Possible to use munmap without knowing the length?

Is it possible to use “munmap” without knowing the length of data which was originally mapped?

I’m porting code and have had to change "malloc"s and "free"s to “mmap” and “munmap” to ensure that the cache isn’t used. (Otherwise I get problems with a DMA transfer). My problem is that the pointer to the memory is easily available but the length isn’t so readily available because it wasn’t required for the “free” command.

Is there a default value which i can give for the length in the “munmap” command which ensures that all the mapped memory associated with this pointer is unmapped?

Thanks in advance!

if u do not provide correct size, some system pages may remain allocated …

There is a simple solution. Replace malloc/free with something like my_malloc and my_free.

void * my_malloc( size_t size )
int *pt;

pt = mmap ( …, size + sizeof ( size ) );

*pt = size;

return &pt[1];


my_free(void *pointer)
size_t size;
int *pt = pointer;

size = *pt;

munmap ( pt, size );


The idea is to store the size in the allocated memory area but return a pointer that is just after the memory area that holds the size. I prefer to put it at the beginning instead of at the end because it’s less likely to be overwritten ;-)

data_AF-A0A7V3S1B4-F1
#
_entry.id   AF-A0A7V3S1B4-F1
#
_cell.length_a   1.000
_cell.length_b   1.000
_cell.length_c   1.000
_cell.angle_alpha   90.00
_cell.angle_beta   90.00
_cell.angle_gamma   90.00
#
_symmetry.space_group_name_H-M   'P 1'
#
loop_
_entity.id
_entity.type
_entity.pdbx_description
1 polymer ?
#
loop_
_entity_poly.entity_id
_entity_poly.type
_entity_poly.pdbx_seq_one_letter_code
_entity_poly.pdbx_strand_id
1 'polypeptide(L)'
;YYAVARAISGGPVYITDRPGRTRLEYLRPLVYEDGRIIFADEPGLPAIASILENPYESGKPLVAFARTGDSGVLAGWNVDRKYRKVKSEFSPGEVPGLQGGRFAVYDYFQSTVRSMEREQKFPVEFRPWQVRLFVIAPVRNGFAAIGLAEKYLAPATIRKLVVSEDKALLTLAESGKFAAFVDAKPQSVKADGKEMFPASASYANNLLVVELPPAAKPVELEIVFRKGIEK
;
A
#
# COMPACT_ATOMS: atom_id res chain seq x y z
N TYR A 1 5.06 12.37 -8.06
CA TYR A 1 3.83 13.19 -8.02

return &pt[1];

if that is ok with the memory alignment requirements of the DMA …

Thanks Mario! That’s exactly what i needed. :slight_smile:

It’s a good point Mezek but fortunately that shouldn’t cause a problem with our system.

I think there could be a small mistake in your suggestion - am i right in thinking that the line …

“munmap ( pt, size );”

… should be …

“munmap ( pt, size + sizeof ( size ) );” ? (Or have i missed something?)

Yes sorry

If Dma would be a problem. either make the header big enough to create a dummy space that keeps the aligment inline with the harware requirement or write the size at the end. But as I said the end is bad…

pt is a “int *”, so &pt[1] is safe.

Yes and no xtang. Some DMA devices require page to be align on 4k boundary. I have seen one that needed to be align on 32 bytes.